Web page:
In February, the SEC accused Musk of violating the agreement when he tweeted about Tesla production numbers, however the sides agreed to resolve the situation by amending the original settlement for clarity.

Dorsey, however, has complimented Musk’s use of Twitter.

When journalist Kara Swisher interviewed Dorsey over Twitter in February, she asked him to name the “most exciting” and “influential” person on the platform.

“To me personally? I like how @elonmusk uses Twitter,” Dorsey tweeted. “He’s focused on solving existential problems and sharing his thinking openly. I respect that a lot, and all the ups and downs that come with it.”

To that, Musk replied, “Thanks Jack, Twitter rocks!”

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Company: cnbc, Activity: cnbc, Date: 2020-01-17  Authors: taylor locke
Keywords: news, cnbc, companies, asked, musk, twitter, tweeted, person, tesla, run, trying, twitterheres, whats, jack, real, elon, system, dorsey


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Twitter CEO Jack Dorsey: ‘I eat seven meals every week, just dinner’

When Twitter and Square CEO and co-founder Jack Dorsey shared his rigorous “wellness” routine on a podcast in March, his habit of eating one meal a day, and sometimes going all weekend without eating, raised eyebrows. These days, Dorsey eats “seven meals every week, just dinner,” he told Wired in an interview posted on YouTube, which likely means Dorsey is no longer skipping food on weekends. Dorsey also told Wired he tries to meditate for two hours every single day. However Dorsey clarified to


When Twitter and Square CEO and co-founder Jack Dorsey shared his rigorous “wellness” routine on a podcast in March, his habit of eating one meal a day, and sometimes going all weekend without eating, raised eyebrows.
These days, Dorsey eats “seven meals every week, just dinner,” he told Wired in an interview posted on YouTube, which likely means Dorsey is no longer skipping food on weekends.
Dorsey also told Wired he tries to meditate for two hours every single day.
However Dorsey clarified to
Twitter CEO Jack Dorsey: ‘I eat seven meals every week, just dinner’ Cached Page below :
Company: cnbc, Activity: cnbc, Date: 2020-01-15  Authors: cory stieg
Keywords: news, cnbc, companies, hours, steve, seven, fasting, meals, twitter, dorsey, jack, ceo, wired, according, cofounder, dinner, week, eating, told, eat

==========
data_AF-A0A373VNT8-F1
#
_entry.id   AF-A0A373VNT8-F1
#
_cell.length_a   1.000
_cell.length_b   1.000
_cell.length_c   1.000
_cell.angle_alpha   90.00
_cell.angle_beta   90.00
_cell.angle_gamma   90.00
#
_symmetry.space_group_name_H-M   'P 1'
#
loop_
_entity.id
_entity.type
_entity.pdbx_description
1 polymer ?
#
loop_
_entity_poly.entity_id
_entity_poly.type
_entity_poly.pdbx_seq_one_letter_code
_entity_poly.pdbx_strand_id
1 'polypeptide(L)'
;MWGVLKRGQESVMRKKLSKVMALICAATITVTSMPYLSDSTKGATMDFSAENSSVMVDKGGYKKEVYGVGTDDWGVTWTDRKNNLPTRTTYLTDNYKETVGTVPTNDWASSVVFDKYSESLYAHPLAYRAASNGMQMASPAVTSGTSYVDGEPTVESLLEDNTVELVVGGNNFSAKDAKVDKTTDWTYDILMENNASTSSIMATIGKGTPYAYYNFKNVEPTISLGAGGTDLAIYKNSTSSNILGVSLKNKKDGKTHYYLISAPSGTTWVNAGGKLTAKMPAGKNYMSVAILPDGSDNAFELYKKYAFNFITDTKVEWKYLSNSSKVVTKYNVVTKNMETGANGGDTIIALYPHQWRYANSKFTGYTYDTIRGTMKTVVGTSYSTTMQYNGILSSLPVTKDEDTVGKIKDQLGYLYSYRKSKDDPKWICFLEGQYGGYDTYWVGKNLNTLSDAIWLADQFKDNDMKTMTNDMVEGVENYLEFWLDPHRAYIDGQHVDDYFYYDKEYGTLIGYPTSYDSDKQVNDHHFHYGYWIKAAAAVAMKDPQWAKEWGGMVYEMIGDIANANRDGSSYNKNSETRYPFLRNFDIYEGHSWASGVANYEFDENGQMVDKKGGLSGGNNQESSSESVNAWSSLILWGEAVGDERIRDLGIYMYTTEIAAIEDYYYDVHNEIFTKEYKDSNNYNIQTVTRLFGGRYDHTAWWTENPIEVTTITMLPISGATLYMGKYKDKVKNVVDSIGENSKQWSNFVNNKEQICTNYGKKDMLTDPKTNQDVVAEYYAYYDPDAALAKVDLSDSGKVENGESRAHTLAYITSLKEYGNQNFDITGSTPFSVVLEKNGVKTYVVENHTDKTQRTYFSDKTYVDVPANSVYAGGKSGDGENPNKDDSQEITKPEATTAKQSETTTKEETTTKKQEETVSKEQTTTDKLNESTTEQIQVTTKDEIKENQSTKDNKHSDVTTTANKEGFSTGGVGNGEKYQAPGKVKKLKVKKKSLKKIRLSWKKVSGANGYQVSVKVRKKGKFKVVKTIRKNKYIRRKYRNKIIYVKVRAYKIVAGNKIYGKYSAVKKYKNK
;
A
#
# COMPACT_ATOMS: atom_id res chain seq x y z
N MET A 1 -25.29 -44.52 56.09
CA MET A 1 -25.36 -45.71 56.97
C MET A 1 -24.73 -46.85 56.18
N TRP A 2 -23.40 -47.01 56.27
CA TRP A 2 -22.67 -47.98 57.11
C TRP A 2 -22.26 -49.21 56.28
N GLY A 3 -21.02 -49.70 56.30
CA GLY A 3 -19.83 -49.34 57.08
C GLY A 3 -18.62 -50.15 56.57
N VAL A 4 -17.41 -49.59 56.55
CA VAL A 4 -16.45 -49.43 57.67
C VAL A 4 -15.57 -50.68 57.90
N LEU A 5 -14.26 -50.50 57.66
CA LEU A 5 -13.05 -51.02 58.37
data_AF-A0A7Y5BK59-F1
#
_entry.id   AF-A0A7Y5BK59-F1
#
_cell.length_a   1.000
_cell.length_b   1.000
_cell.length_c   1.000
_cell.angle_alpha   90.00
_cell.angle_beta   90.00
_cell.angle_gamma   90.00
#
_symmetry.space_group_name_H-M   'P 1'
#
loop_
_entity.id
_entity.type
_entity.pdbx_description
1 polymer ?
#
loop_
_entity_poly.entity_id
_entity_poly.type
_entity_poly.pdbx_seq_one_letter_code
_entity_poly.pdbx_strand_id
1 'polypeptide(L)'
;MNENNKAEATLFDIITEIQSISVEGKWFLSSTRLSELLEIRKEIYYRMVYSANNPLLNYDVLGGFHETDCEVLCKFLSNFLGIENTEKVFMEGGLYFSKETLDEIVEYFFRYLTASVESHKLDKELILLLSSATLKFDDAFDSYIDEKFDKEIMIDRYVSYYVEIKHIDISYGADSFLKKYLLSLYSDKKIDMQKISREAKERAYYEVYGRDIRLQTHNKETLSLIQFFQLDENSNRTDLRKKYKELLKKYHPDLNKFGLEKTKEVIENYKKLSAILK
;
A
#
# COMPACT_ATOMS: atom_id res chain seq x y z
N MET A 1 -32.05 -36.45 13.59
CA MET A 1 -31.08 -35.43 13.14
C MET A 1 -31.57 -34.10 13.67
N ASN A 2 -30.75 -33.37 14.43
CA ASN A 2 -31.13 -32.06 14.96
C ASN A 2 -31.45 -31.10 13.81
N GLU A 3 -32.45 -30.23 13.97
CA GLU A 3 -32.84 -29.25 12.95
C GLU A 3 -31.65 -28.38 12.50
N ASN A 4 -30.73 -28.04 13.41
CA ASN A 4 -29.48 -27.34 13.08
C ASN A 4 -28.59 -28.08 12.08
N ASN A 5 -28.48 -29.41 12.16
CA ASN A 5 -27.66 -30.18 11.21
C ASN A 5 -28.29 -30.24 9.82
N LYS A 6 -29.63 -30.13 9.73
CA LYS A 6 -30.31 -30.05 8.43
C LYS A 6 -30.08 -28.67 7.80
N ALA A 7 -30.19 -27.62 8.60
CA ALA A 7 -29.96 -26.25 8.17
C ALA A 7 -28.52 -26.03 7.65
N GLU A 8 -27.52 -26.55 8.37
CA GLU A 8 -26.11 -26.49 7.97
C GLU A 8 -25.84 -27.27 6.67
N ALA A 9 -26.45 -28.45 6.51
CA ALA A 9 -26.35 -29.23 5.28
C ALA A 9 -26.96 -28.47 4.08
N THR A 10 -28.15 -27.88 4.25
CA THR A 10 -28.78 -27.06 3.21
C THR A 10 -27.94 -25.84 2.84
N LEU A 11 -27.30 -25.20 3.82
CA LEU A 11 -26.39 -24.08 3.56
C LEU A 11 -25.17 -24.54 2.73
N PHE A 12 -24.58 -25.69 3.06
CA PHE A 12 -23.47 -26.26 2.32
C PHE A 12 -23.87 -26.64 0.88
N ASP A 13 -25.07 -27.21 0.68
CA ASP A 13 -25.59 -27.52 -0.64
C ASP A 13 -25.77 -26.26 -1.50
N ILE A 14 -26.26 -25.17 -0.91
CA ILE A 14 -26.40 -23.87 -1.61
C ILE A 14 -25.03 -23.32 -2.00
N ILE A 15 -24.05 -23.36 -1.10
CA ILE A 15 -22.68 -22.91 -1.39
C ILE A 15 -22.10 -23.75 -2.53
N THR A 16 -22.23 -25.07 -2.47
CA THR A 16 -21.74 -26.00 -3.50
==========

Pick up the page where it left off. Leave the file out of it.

Twitter CEO Jack Dorsey: 'I eat seven meals every week, just dinner'

When Twitter and Square CEO and co-founder Jack Dorsey shared his rigorous “wellness” routine on a podcast in March, his habit of eating one meal a day, and sometimes going all weekend without eating, raised eyebrows.

At the time, he told podcast host Ben Greenfield that so-called intermittent fasting helps him focus and “has been a new dimension.”

On Tuesday, there was an update to his controversial fasting habits.

These days, Dorsey eats “seven meals every week, just dinner,” he told Wired in an interview posted on YouTube, which likely means Dorsey is no longer skipping food on weekends.

According to his previous comments, dinner for Dorsey is “a really big meal” that consists of protein like fish, chicken or steak, and “a lot of greens,” including arugula or spinach salad, asparagus or Brussels sprouts. “And then, I have mixed berries as a dessert, maybe some dark chocolate,” he said in March. (A moderately active man in their early 40s requires an estimated 2,600 calories a day, according to the Dietary Guidelines for Americans.)

Though intermittent fasting — in which you eat for a set window of six to eight hours and fast for the remainder — has become trendy in Silicon valley and among celebrities like Terry Crews and Jennifer Aniston, there hasn’t been enough research on humans to determine whether it’s sustainable or healthy long term. And experts agree that fasts lasting longer than 12 hours can be dangerous, especially for individuals who have specific health conditions or take certain medications, according to the National Institutes of Health.